Penetration testing - a milestone in corporate security

Penetration tests still have a niche existence in the field of information security. Even the most busy testers rarely carry out more than 20 orders per year, the results of which are almost always secret and protected by strict confidentiality agreements. Accordingly, it is difficult to obtain penetration test evaluations. Rapid7 collected data from 180 penetration tests over a period of nine months from mid-September 2018 to the end of May 2019. The results cover not only internal and external network analysis, but also physical intrusion, personal and electronic social engineering techniques, and source code analysis.

Penetration testing - a milestone in corporate security

Network vulnerabilities are almost standard

The penetration testers reported at least one vulnerability in 96% of all internal and external network and code review jobs reported.But not every weakness is the same. Taking the CIA triad model into account, we found that the vulnerabilities detected by penetration testers in external networks tend to be confidentiality vulnerabilities such as weak encryption standards or user enumeration problems. The majority of integrity vulnerabilities, on the other hand, are only found and exploited in internal network analyses.

The most frequently reported vulnerability was "Weak Transport Layer Security (TLS)" - a vulnerability in the encryption of data connections and a prime example of a confidentiality vulnerability. These vulnerabilities indicate outdated or non-existent encryption standards used in outward-facing systems. For example, a Web site may not be encrypted at all (pure HTTP resources or authentication mechanisms that display credentials in plain text) or may use encryption that is weaker than the current standard recommendation (for example, 40-bit instead of 128-bit key length). These vulnerabilities can expose data such as passwords or other confidential information during transmission to anyone who has the ability to intercept the network connection. Such attacks are common nowadays, especially since the release of Firesheep3 by Eric Butler in 2010.

Also among the list leaders is the "Weak Password Policy", which allows users to select relatively weak passwords to access their accounts. These are usually revealed by a procedure called "Password Spraying". Combined with other threats such as the OWA timing attack and SMTP mail address enumeration, such detected vulnerabilities, although only information leaks, can quickly lead to user accounts being taken over.

Also noteworthy are the vulnerabilities "obsolete software" and "missing patches". When such vulnerabilities are externally identified, they indicate vulnerability management and asset management failures.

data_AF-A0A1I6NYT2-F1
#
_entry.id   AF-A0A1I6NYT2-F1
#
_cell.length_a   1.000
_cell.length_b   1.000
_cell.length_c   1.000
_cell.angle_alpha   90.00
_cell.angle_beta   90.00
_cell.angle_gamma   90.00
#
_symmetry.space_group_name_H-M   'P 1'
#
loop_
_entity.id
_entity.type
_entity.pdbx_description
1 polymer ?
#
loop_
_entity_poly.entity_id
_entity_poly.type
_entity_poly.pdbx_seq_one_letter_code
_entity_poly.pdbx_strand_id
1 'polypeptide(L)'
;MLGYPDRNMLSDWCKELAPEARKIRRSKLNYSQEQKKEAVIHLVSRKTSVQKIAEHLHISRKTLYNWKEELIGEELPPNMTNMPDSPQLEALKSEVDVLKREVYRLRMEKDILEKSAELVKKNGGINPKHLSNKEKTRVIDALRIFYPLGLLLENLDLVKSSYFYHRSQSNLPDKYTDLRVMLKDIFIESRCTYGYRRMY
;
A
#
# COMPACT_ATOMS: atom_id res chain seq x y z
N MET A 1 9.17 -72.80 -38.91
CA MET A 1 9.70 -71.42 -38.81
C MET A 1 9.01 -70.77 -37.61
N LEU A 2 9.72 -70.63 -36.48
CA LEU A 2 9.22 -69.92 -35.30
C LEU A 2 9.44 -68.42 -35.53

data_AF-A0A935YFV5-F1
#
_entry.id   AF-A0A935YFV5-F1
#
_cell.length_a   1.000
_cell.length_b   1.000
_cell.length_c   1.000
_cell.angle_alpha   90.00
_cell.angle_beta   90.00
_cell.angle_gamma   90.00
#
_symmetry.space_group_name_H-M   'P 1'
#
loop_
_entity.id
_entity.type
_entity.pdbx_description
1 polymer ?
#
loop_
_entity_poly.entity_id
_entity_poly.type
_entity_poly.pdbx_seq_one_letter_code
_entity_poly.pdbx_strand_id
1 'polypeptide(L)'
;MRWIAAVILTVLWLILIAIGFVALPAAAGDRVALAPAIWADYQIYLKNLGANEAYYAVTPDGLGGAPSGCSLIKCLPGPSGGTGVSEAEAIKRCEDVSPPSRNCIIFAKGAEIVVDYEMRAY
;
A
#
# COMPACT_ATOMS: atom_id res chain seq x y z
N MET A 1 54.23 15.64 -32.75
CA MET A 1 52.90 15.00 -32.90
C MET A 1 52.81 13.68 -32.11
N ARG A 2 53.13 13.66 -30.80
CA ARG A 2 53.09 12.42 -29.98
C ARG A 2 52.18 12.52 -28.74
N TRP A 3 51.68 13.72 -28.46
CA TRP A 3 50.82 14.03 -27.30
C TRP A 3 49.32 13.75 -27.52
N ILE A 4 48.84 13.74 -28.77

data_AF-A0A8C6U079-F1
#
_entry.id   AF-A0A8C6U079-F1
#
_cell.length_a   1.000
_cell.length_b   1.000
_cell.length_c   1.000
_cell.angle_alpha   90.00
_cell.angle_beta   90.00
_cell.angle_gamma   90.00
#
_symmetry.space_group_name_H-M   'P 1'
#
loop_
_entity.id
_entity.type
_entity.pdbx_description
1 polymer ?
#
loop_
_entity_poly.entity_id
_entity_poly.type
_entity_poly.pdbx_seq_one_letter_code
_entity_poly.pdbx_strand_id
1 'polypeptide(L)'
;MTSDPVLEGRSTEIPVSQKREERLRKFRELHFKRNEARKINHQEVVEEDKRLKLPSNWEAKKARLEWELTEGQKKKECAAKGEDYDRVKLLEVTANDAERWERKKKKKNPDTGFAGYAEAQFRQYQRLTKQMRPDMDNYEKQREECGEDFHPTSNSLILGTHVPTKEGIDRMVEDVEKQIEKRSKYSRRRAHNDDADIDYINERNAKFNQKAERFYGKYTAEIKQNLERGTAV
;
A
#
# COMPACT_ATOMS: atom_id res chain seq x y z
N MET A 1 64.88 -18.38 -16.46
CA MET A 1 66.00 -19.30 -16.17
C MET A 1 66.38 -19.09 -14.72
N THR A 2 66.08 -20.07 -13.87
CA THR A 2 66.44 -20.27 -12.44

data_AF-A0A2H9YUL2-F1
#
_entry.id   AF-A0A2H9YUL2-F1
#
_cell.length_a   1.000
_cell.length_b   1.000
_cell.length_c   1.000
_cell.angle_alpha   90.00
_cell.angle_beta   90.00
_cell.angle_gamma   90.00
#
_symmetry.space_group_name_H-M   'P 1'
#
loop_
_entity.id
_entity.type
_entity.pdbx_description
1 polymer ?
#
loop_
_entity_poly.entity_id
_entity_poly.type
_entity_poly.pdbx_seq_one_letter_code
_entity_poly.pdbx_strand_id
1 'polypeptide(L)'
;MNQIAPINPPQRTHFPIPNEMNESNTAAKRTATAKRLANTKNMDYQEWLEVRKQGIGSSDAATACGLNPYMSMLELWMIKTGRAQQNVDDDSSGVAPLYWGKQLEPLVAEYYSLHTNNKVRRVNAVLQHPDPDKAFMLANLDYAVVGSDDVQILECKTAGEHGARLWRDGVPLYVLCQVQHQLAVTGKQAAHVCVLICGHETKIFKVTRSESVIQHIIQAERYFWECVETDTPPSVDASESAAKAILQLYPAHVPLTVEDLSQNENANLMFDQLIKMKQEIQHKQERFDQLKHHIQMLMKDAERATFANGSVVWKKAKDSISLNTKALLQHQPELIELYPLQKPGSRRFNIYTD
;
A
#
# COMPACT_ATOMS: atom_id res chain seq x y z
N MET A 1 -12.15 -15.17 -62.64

Nevertheless, only 20% of all orders started externally penetrated the internal network. Customer organizations are increasingly using external hosting solutions such as Amazon AWS, Microsoft Azure, Google Cloud Platform, and other cloud computing providers. As a result, there is often no clear path to a customer's internal network following the external compromise of a networked software component.

The CIA Triad

The CIA triad comprises three elements: integrity, confidentiality and availability. Penetration testers are mainly interested in vulnerabilities where integrity is affected. Their successful exploitation means that the attacker gains some degree of control over the vulnerable application or component. This opens up numerous options for the attacker: He can use the compromised system for permanent access, impersonate one of the legitimate users with the appropriate access rights or steal confidential data stored, received or transmitted by the system concerned. When penetration testers use the term "remote root," they refer to an attack that completely compromises the integrity of the underlying operating system of a targeted service.

On the other hand, vulnerabilities specific to confidentiality give the attacker access to otherwise private data, but not full, direct control over the system itself. Such vulnerabilities are definitely very valuable to an attacker because confidential data can contain things like passwords, password hashes, or session tokens that can be used to gain direct access to systems or applications. Confidentiality vulnerabilities can also bring more subtle problems, such as the ability to intercept or modify data during transmission.